What do you get when you create a group of 16 photographers and go out shooting in the night? Fantastic shots everywhere and a lot of fun. Last week I went with the Manitoba Foto Friends to Riding Mountain National Park. When I mention a park, many people around the world have no idea what a park in Canada entails. Imagine that this park is about as big as… say… the city of Paris plus the suburbs.
So there we were, shooting our hearts out on the shores of Clear Lake in the park. The evening kicked off with a pretty sunset.
A few minutes after the above shot, the sun was gone and the night sky was about to unfold over our heads. There was a forecast for aurora as well but I didn’t think too much of that. Usually auroras pass by when I am asleep with a headache. Come to think of it, I need to trust those headaches a bit more…
When the sun was about to disappear for the day, the sky was at its most intense. The bright, intense orange is usually a sign that the following day will start cloudy and possibly rainy. It was a risk to be taken. Hmmm, perhaps not a risk, something to simply deal with sounds more like it.
Once the intensity was over, the clouds already started rolling for the night. I started to doubt that we would see much of the stars that night. But as the photographers started to hum together for better skies, the clouds abated and moved away. Far enough away to stay out of our lenses for a while.
Ghostly lit trees
Moving away from the dock, one can only shoot so many times a sunless sunset in the evening, my eye fell on the clouds behind the same tree as you see in the lead picture. I thought I avoided the two street lights underneath the trees… Apparently not, the picture turned out to be one of my favourites .
Hint of Aurora
Then we moved away from the dock, having 16 photographers on 10 square meters is a recipe for disaster during the dark hours. But I think the lights on the dock made it too difficult to see the night sky for what it was. So we moved to a nearby beach. You can still see the clouds that were menacing to spoil our nightly escapades, but they stayed at bay. The orange glow is probably the city of Dauphin, on the north side of the park. Also, there was a hint of aurora over the horizon, hidden by the clouds.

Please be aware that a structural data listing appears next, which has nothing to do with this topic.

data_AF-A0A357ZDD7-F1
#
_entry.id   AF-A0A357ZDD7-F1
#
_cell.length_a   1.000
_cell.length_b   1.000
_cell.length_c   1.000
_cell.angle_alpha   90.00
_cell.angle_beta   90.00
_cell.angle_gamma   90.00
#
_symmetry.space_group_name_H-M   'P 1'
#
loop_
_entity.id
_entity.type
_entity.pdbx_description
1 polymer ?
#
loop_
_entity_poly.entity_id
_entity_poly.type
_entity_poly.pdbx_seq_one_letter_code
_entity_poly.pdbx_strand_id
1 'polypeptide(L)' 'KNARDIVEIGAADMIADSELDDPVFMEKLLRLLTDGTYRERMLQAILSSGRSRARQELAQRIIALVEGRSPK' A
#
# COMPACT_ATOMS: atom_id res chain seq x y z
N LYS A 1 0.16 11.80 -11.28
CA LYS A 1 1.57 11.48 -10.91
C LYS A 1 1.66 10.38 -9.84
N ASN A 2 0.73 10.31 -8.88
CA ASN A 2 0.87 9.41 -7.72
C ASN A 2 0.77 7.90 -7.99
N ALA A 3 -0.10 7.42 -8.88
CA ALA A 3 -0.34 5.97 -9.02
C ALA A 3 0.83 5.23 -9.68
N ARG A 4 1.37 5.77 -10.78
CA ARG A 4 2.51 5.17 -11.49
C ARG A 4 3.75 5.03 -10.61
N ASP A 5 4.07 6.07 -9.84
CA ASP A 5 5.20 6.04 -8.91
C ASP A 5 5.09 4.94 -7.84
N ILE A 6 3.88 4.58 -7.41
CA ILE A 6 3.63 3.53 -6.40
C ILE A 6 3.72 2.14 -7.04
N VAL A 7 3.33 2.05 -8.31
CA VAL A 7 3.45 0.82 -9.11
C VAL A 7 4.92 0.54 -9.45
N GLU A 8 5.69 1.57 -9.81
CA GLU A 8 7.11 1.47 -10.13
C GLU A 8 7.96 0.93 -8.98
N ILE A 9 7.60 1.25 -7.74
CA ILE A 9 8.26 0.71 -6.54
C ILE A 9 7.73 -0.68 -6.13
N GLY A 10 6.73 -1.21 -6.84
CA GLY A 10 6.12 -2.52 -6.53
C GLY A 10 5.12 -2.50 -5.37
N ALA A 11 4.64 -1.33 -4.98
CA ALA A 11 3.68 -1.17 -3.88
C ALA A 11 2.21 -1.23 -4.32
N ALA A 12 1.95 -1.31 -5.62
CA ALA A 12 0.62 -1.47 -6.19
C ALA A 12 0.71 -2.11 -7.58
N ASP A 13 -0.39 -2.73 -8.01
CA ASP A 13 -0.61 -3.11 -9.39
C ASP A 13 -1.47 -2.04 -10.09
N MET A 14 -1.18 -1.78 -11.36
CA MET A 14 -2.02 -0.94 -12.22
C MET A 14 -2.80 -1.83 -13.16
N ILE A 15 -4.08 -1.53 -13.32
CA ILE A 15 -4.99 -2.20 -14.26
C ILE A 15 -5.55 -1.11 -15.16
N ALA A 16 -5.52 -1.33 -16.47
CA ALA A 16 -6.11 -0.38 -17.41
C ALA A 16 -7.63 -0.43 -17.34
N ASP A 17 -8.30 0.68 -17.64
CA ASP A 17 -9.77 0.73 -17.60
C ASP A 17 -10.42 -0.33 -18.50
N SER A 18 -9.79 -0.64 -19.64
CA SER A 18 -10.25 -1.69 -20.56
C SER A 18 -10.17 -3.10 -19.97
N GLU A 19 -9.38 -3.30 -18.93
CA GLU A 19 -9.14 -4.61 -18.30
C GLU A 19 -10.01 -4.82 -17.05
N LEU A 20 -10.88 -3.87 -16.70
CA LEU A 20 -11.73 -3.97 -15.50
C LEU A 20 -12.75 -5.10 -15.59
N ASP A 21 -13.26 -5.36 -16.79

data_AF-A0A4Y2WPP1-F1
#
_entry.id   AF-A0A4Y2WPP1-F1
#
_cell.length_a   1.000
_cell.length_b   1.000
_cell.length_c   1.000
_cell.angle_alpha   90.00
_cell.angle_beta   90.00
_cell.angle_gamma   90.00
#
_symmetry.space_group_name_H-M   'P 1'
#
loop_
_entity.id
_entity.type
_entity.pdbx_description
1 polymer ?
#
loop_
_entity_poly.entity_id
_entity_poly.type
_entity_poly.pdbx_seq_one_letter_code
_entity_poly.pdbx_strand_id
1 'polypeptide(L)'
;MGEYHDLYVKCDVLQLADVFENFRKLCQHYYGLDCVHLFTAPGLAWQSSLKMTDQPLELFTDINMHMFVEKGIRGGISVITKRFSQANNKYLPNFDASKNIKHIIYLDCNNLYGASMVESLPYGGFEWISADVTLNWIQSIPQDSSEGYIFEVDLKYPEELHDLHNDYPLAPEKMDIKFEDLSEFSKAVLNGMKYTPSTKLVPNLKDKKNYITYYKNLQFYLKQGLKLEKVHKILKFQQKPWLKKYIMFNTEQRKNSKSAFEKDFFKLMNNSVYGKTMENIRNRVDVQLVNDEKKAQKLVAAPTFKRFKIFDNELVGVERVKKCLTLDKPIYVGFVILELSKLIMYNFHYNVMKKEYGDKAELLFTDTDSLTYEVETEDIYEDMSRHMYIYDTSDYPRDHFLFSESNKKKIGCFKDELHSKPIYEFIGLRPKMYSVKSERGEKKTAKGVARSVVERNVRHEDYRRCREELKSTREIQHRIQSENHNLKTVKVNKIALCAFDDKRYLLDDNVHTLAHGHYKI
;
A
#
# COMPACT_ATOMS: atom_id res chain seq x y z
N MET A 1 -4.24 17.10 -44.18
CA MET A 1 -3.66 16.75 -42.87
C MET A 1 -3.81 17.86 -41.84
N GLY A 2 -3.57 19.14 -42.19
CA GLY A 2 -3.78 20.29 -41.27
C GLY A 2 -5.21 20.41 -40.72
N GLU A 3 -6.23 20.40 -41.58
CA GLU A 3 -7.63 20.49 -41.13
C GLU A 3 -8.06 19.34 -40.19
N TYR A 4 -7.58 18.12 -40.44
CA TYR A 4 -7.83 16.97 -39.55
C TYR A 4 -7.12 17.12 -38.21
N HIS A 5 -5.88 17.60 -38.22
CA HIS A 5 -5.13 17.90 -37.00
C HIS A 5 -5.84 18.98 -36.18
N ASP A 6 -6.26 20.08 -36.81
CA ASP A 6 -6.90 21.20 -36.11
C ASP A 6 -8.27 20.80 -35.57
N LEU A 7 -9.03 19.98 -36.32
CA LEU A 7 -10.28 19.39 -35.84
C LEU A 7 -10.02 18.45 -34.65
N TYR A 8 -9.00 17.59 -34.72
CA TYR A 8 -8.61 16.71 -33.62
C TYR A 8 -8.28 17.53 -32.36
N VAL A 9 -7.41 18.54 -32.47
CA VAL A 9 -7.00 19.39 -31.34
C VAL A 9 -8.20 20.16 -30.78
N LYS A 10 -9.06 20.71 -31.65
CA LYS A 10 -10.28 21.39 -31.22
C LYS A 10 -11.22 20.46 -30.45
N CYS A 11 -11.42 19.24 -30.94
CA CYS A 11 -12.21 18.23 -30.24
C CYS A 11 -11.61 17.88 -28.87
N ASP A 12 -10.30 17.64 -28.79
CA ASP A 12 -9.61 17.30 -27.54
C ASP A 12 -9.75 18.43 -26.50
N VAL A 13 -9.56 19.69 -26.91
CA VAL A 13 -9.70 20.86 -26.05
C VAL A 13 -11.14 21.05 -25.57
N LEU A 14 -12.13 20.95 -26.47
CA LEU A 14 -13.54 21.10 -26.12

High ISO shot
So, my attention turned to the Milky Way. Not the chocolate bar type, the real thing. A satellite of some kind passed in front of the stars in this shot, not a bad shot . By this time I started to shoot at ISO settings of 12800, something I had hardly ever done before. After cleaning them up in Lightroom the pictures were all perfectly usable. A far cry from my first DSLR where ISO 1600 yielded a bag of grain with a washed out picture instead of a photograph .
Then we decided to go to a different spot, just to vary the foreground settings. The moon was still in the sky at that time and so I had better shoot it. Of course, if you want the moon in the shot, either the moon is over exposed or the rest of the picture invisible. I preferred to see the stars, even if the Milky Way was hard to be seen.
Timidly showing up
We all waited until the moon had set to shoot our stars the way we had planned. The above shot was only a few minutes before the moon disappeared. The Milky Way already started showing itself but the better shots were still along the way into the night. After another 20 minutes of waiting, mixed with a lot of fun and jokes, it was time to go and shoot that Milky Way as we expected it.
Of course, during that first exposure of the stars, another photographer had to jump into the shot and stay there . Of well, it gives a sense of life in the picture, even if the figure is only one of a ghost.
Many more shots of the nights in the park are to be checked and sifted through. For now I am calling it a night, one with sleep, that is.
Until next time…